So much in writing depends on the superficiality of one’s days. One may be preoccupied with shopping and income tax returns and chance conversations, but the stream of the unconscious continues to flow undisturbed, solving problems, planning ahead: one sits down sterile and dispirited at the desk, and suddenly the words come as though from the air: the situations that seemed blocked in a hopeless impasse move forward: the work has been done while one slept or shopped or talked with friends.
I have an idea that the only thing which makes it possible to regard this world we live in without disgust is the beauty which now and then men (sic) create out of the chaos. The pictures they paint, the music they compose, the books they write, and the lives they lead. Of all these the richest in beauty is the beautiful life. That is the perfect work of art.
― W. Somerset Maugham, The Painted Veil
A poem begins with a lump in the throat; a homesickness or a love sickness. It is a reaching-out toward expression; an effort to find fulfillment. A complete poem is one where an emotion has found its thought and the thought has found words.
When I am gripped with despair, when I think I might stop, I speak to my dead. Tell them a story. What am I doing with this life? They hold me accountable. I let them make me bolder or more modest or louder or more moving, but I ask them to listen, and then write.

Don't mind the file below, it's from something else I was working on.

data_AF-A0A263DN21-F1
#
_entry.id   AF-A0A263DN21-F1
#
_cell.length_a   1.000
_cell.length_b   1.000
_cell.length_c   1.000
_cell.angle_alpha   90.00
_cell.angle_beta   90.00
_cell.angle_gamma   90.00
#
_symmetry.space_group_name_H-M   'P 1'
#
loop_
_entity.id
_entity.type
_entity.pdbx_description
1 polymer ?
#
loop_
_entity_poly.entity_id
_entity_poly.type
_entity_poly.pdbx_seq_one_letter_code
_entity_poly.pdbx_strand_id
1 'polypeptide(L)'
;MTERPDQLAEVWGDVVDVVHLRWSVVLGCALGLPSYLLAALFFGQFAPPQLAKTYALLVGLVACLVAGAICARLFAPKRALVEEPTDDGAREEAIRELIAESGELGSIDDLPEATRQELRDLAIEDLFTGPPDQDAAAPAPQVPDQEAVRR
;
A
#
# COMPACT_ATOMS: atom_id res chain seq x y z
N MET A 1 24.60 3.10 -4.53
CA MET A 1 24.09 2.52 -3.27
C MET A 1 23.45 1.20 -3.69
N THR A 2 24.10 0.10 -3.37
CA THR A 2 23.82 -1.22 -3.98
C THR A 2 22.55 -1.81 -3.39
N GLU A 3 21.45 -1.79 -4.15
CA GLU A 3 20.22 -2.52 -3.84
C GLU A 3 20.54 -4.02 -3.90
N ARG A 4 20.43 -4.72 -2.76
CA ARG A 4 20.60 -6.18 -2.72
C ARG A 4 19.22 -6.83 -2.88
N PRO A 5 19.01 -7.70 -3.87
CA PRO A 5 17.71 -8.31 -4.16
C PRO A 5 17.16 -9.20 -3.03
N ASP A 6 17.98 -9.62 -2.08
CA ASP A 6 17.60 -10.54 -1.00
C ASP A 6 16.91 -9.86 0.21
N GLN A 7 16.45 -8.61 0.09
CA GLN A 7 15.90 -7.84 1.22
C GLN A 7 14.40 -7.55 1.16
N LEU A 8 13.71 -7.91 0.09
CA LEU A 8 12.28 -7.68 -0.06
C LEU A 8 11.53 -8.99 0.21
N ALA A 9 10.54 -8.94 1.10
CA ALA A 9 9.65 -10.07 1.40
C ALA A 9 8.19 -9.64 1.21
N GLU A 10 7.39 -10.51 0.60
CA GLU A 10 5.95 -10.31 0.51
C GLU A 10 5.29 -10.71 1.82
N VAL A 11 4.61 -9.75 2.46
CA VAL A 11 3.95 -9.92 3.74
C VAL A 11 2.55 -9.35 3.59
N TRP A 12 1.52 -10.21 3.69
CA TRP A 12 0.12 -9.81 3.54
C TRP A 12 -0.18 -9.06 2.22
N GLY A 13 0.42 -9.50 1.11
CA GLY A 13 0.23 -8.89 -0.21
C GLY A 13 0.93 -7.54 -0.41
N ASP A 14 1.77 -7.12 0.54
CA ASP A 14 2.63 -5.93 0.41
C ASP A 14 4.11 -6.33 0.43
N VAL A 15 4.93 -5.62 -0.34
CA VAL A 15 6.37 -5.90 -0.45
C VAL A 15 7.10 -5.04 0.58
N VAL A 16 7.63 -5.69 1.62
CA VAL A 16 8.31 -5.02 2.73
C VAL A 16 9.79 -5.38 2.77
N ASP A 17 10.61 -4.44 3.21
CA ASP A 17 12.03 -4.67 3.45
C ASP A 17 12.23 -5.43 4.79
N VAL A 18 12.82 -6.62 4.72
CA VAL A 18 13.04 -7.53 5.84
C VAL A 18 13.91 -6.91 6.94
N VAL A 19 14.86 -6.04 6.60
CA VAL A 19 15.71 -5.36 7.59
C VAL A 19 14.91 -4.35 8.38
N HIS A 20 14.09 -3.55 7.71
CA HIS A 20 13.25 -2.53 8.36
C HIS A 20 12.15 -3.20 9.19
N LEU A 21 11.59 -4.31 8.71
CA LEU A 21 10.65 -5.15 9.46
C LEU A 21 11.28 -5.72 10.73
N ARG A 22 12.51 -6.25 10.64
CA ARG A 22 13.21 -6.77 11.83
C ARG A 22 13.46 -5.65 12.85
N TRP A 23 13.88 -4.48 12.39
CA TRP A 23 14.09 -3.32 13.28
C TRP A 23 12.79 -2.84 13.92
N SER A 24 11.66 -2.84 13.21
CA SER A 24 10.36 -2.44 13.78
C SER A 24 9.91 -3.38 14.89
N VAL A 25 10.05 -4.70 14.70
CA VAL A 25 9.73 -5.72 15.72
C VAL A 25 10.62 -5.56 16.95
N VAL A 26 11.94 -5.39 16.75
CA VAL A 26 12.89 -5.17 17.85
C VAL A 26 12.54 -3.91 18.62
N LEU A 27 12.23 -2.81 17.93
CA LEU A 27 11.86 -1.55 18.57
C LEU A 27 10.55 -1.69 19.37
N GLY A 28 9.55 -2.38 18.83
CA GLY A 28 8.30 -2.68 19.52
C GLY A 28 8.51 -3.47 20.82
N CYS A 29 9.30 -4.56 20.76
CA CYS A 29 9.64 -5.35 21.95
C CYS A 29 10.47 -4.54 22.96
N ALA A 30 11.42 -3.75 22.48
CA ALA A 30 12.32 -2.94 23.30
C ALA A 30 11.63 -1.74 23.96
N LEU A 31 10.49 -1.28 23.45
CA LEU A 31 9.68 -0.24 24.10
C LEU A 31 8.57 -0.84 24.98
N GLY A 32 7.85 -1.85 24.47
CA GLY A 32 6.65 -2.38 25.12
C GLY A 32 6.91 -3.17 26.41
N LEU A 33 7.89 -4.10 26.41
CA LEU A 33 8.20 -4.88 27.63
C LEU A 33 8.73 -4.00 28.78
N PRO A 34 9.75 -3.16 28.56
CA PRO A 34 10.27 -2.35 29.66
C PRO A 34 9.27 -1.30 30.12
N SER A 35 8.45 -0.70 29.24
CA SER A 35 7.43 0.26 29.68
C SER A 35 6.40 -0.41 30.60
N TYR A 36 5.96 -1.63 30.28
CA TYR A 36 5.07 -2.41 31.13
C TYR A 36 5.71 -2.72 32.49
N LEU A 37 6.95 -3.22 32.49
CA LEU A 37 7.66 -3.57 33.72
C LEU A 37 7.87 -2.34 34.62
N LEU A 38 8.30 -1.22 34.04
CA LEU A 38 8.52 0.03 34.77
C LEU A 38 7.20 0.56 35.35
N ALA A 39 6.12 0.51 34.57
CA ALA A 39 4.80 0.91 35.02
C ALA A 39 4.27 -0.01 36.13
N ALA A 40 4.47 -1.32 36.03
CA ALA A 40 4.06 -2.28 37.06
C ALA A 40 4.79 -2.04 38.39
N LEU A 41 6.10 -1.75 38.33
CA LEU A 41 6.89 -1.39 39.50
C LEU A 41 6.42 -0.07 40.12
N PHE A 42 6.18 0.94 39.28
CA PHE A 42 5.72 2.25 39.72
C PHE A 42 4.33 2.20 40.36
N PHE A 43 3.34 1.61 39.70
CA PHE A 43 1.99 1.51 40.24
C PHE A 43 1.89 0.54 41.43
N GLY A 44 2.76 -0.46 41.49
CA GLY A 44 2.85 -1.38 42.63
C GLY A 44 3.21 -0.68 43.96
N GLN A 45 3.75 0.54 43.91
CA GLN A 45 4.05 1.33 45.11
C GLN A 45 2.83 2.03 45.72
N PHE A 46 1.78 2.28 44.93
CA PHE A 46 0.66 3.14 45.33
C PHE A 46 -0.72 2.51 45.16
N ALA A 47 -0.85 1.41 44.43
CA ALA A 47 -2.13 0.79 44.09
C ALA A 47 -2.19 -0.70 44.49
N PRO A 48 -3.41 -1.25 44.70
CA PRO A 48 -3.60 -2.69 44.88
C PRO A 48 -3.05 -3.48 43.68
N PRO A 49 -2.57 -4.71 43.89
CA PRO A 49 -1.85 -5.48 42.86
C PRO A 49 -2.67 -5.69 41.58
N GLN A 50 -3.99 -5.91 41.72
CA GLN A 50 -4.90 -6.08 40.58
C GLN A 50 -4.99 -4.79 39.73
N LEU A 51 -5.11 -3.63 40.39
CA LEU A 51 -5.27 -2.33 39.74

Walker-thinkers have found various ways to accommodate the gifts that their walking brings. Caught paperless on his walks in the Czech enclaves of Iowa, maestro Dvořák scribbles the string quartets that visited his brain on his starched white shirt cuffs (so the legend goes). More proactively, Thomas Hobbes fashioned a walking stick for himself with an inkwell attached, and modern poet Mary Oliver leaves pencils in the trees along her usual pathways, in case a poem descends during her rambles.
Why, for example, do the great writers use anticipation instead of surprise? Because surprise is merely an instrument of the unusual, whereas anticipation of a consequence enlarges our understanding of what is happening.
Why would one ever be so insane as to ditch a perfectly beautiful metaphor? Cut back, of course, prune if you like, so that the best metaphors are clear and sparkling. But I will throw out unread the book that promises me no metaphors inside.
I needed my life as a springboard for my fiction. I have to have something solid under my feet when I write. I’m not a fantasist. I bounce up and down on the diving board, and I go into the water of fiction. But I’ve got to begin in life so I can pump life into it throughout.
I believe that half the trouble in the world comes from people asking ‘What have I achieved?’ rather than ‘What have I enjoyed?’ I’ve been writing about a subject I love as long as I can remember–horses and the people associated with them, anyplace, anywhere, anytime. I couldn’t be happier knowing that young people are reading my books. But even more important to me is that I’ve enjoyed so much the writing of them.